What have we learned about Empowerment and Accountability in fragile/violent places?

January 25, 2019

     By Duncan Green     

For the past few years I’ve been one of Oxfam’s researchers in the Action for Empowerment and Accountability programme, studying how E&A function in fragile, conflict and violence-affected settings (FCVAS) – a more exact category than ‘Fragile/Conflict States’, which recognizes that it’s not always whole countries that are fragile/violent. This week we had a brainstorm to try and distil the overall narrative from the growing pile of research, primarily from Pakistan, Myanmar, Mozambique,  Nigeria and Egypt (here’s a full list of publications so far – A4EA Publications 2016-2018). Here are my entirely selective highlights (A4EA colleagues, feel free to add your own).

Working in FCVAS means thinking about emotions and their impact on activism. In particular, fear – what is the legacy of past atrocities, or the impact of current threats on people’s interest in changing their situation? What are the different kinds of fear and what impact do they have on the likelihood and nature of social and political action? How are trust and social cohesion destroyed and rebuilt? How does agency emerge, or, as A4EA researcher Katia Taela put it, based on her work in Mozambique: ‘how do people come to the point of sitting and deliberating on possible courses of action? We still know very little about how that happens.’

Bring Back Our Girls march

These feel like huge blind spots in a sector still based primarily on assumptions that giving people access to information and channels for action should be enough for them to step up. Instead action emerges from swirling clouds of emotions and relationships – fear, love, rage, trust, hope and resignation, all of them off/below the developmental radar.

You can see these as a kind of ‘enabling environment’ for action –the emotional and normative ecosystem that must be in place before action is likely. For both scholars and practitioners, that means getting new disciplines into the room – psychologists for a start; it also means deepening the growing interest in norm shifts and how to bring them about.

This got me harking back to the paper on donor theories of change that I wrote at the start of A4EA. One of the findings of that paper was:

‘Today, donor thinking on E&A in FCVAS is at something of a crossroads. One current of thinking advocates deeper engagement with context, involving greater analytical skills, and regular analysis of the evolving political, social and economic system; working with non-state actors, sub-national state tiers and informal power; the importance of critical junctures heightening the need for fast feedback and response mechanisms. But the analysis also engenders a good deal of scepticism and caution about the potential for success, so an alternative opinion argues for pulling back to a limited focus on the ‘enabling environment’, principally through transparency and access to information’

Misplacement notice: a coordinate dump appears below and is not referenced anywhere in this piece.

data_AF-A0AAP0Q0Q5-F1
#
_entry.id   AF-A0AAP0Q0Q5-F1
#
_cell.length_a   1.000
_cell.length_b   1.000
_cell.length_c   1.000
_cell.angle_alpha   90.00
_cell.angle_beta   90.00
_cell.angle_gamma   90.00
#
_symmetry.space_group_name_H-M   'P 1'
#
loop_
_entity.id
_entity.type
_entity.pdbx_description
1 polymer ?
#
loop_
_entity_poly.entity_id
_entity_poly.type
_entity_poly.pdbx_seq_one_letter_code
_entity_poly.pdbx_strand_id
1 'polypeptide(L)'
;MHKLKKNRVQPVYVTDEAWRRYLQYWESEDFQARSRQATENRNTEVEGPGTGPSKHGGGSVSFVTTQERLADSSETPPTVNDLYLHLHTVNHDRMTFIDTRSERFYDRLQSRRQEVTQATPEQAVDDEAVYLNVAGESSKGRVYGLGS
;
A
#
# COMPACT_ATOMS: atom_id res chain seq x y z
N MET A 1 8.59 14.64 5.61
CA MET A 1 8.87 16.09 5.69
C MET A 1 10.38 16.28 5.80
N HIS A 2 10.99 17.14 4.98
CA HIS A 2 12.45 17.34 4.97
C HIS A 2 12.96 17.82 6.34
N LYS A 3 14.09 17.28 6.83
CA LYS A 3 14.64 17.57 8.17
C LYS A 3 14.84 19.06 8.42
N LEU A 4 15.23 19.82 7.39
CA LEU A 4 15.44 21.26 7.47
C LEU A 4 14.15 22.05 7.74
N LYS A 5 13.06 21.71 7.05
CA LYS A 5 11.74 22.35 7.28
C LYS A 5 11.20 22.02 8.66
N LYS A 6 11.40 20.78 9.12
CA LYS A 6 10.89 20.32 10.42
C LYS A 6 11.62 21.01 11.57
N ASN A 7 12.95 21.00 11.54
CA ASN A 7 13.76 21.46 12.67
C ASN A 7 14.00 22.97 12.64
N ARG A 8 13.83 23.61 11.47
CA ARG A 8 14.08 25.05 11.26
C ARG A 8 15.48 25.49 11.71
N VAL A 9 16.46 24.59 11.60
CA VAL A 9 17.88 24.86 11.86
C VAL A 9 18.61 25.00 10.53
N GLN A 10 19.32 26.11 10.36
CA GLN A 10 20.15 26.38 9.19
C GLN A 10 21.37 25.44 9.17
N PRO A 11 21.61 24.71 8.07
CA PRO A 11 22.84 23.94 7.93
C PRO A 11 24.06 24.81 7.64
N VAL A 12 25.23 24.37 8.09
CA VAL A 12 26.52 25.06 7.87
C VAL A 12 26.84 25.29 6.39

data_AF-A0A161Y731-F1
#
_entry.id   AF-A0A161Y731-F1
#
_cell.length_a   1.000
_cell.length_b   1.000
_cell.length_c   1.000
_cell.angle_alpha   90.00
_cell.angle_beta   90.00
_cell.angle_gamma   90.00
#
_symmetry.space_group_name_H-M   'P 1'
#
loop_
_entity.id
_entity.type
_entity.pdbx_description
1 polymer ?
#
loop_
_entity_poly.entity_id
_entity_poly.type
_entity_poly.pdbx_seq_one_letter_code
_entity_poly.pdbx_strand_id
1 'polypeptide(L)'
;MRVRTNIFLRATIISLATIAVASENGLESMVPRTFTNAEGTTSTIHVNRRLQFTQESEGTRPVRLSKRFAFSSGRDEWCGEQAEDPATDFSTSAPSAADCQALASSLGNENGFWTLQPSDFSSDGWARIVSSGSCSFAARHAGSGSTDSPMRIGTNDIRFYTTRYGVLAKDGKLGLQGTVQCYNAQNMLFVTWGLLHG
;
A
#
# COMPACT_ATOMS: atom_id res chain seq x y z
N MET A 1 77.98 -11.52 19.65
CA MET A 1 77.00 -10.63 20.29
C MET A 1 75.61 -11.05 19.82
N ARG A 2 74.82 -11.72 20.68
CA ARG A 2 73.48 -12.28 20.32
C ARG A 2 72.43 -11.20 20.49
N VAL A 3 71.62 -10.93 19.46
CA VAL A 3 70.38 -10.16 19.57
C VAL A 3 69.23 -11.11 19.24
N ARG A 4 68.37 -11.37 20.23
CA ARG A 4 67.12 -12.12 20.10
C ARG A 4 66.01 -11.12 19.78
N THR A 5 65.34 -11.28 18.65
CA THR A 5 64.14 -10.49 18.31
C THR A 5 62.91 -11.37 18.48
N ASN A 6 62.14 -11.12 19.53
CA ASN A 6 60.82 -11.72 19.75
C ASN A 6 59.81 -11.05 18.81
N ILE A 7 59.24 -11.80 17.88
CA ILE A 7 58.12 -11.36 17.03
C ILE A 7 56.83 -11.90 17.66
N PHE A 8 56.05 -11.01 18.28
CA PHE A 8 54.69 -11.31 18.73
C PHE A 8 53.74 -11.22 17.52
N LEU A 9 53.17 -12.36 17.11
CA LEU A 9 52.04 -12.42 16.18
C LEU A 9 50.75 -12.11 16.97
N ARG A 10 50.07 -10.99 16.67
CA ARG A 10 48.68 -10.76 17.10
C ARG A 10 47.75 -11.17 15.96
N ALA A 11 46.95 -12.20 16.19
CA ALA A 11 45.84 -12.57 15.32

At the time, I felt very divided on this – my heart was with the first group, hence all the stuff on this blog about

E&A meets hip hop – Mozambique

thinking and working politically, doing development differently etc etc. But my head was with the second, even though in practice it was advocating a rather laissez faire, hands off approach; and I’m a sceptic on the value of transparency unless loads of other stuff happens.

This week’s conversation pointed to a more exciting alternative – a more ambitious approach to the enabling environment, that targets the emotional and normative pre-conditions for action. So instead of concentrating on changing particular laws and policies, how do we build the enabling conditions for more action to emerge, driven by local people and communities? How do we help them overcome fear, change norms on the value of action, build leadership and confidence? That sounds like an agenda worth pursuing.

A second thought-provoking discussion was where to look for success. The programme thus far has looked at a few well-known past success stories, but when it has tried to follow current events and social movements, success has proven hard to spot. Most activism doesn’t get very far in these settings, it seems.

That surely makes a case for a bit of positive deviance – how do we trawl current events more systematically to find those social movements that are getting somewhere, and see what we can learn from them? We identified at least four ways of doing this:

  1. Networks – aka researchers, practitioners and activists swapping notes on interesting stories they have come across
  2. Ethnography, or its cheaper cousin, Governance Diaries, which can spot micro-levels of action as they emerge in particular communities
  3. Big data: as more and more people go online, can we trawl social media for spikes in the use of words like ‘meeting’ ‘protest’ or ‘I’ve had enough’?
  4. Crowd Sourcing: how about running the activist equivalent of Facebook’s 10 Year Challenge. Paint a picture of your community ten years ago and now, and then see what patterns emerge?

Approaches based on the enabling environment or positive deviance both pose major challenges to business as usual for aid donors and organizations. Predicting and measuring results are much harder, as is proving impact. But the emerging findings of the research suggest we should at least be taking these ideas seriously, if we really want to support empowerment and accountability in messy places.

January 25, 2019
Duncan Green